50 years later, Jets' upset holds eternal truth: Win turnover battle

Among the pleasures of the prelude to next Sunday’s Super Bowl are 50-year anniversary flashbacks of Super Bowl III. Joe Namath and the New York Jets beat the Baltimore Colts 16-7 to change the flow of history.

You’ve probably heard that the Jets were 18-point underdogs in that one. Betting markets didn’t have much to go on when evaluating the NFL vs. the AFL at that point. The only relevant meetings were Super Bowls I and II. Green Bay was roughly a two-touchdown favorite in both. The Packers beat Kansas City 35-10, and Oakland 33-14. Nobody watching thought those were flukes.

A line of Colts -18 over the Jets represented the logical adjustment from earlier point spreads that had been too low. One reason the game was seen as a “historic” upset at that point was that many pundits believed Baltimore would win much more impressively than Green Bay had. The 15-1 Colts had just clobbered Cleveland 34-0 on the road as 9-point favorites (awarding home field to playoff teams was quirky back then). How could the Jets compete on a neutral field if Cleveland couldn’t on home turf?  

The Jets more than competed. They proved that the best of the AFL could beat the best of the NFL, a point hammered home further the following year when Kansas City ( 12) beat Minnesota 23-7.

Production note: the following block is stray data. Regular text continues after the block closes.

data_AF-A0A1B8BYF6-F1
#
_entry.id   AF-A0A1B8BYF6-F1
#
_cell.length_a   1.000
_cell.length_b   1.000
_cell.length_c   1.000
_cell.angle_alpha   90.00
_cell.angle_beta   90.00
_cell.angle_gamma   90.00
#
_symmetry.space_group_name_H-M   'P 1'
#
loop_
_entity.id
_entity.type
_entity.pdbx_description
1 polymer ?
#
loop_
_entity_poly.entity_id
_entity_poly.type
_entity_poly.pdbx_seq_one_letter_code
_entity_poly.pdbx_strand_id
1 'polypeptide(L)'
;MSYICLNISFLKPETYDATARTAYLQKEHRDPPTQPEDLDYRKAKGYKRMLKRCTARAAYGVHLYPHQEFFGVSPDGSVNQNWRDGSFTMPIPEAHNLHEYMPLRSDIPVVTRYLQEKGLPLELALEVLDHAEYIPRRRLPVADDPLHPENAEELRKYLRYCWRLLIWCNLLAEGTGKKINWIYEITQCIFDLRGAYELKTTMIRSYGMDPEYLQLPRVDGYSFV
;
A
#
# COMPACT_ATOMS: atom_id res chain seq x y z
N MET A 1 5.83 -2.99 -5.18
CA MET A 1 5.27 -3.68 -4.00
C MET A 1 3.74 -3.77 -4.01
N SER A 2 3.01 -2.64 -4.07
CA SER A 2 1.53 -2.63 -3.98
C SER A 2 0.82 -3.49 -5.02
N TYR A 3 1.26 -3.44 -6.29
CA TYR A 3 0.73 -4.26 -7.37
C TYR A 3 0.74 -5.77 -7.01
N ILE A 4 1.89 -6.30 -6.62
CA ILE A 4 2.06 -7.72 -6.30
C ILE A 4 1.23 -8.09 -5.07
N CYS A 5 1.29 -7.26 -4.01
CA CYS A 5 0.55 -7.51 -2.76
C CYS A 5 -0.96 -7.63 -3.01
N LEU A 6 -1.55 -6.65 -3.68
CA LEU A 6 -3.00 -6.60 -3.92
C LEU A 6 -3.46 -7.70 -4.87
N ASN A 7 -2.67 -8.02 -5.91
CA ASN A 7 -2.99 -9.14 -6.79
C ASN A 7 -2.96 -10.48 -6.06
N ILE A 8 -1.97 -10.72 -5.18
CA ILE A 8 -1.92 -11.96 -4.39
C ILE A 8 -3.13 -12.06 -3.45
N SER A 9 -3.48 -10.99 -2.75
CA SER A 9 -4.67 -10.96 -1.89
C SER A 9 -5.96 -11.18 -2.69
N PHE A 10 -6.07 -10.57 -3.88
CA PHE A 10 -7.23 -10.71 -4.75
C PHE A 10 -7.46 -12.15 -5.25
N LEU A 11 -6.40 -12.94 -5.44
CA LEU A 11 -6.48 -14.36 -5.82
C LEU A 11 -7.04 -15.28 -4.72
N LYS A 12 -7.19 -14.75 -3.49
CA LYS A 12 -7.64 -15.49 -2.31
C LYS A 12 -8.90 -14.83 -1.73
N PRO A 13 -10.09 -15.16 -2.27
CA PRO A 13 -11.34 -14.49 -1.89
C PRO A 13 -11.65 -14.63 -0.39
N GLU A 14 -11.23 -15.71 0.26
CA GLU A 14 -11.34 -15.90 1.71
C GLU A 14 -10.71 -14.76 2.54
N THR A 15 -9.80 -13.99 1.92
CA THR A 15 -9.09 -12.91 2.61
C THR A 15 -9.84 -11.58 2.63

How did the Jets do it? Let’s recap the Super Bowl III box score…

NY Jets (plus 18) 16, Baltimore 7

  • Total Yards: NYJ 337, Baltimore 324
  • Yards-per-Play: NYJ 4.7, Baltimore 5.1
  • Rushing Yards: NYJ 142, Baltimore 143
  • Rush Percentage: NYJ 60%, Baltimore 36%
  • Passing Stats: NYJ 17-29-0-206, Baltimore 17-41-4-181
  • Turnovers NYJ 1, Baltimore 5

The jaw dropper was the 5-1 win in the turnover category. Colts quarterback Earl Morrall threw three interceptions (on an erratic 6-17-3-71 passing line). Sore-armed sub (and legend) Johnny Unitas threw another pick in relief (11-24-1-110). Kicker Lou Michaels missed two field goal attempts, which were additional turnovers in their own way. 

Basically, New York battled to a draw in yards and yards-per-play, but won the game by safely getting a few more points on the board while grinding clock.

The play-by-play posted at sports-reference.com shows, in order: Baltimore missed a 27-yard field goal, threw an interception from the Jets’ 6-yard line, missed a 46-yard field goal, threw an interception from the Jets’ 15-yard line, threw an interception from the Jets’ 25-yard line, and lost the ball on downs at the Jets’ 19-yard line.  

You can imagine Colts bettors yelling at their TV sets all day.

Interesting how the fundamentals of winning big football games haven’t changed much in those 50 years. You have to move the ball while protecting it. Perceived goliaths can’t take anything for granted. Big underdogs improve their chances by shortening the game. (Kansas City would win the following year with a 5-1 turnover edge, rushing on 71% of its plays.)

We don’t have a big favorite or dog this season. The New England Patriots will likely be around a 3-point favorite over the Los Angeles Rams next Sunday. But the issues of risk and reward will likely be a big factor.

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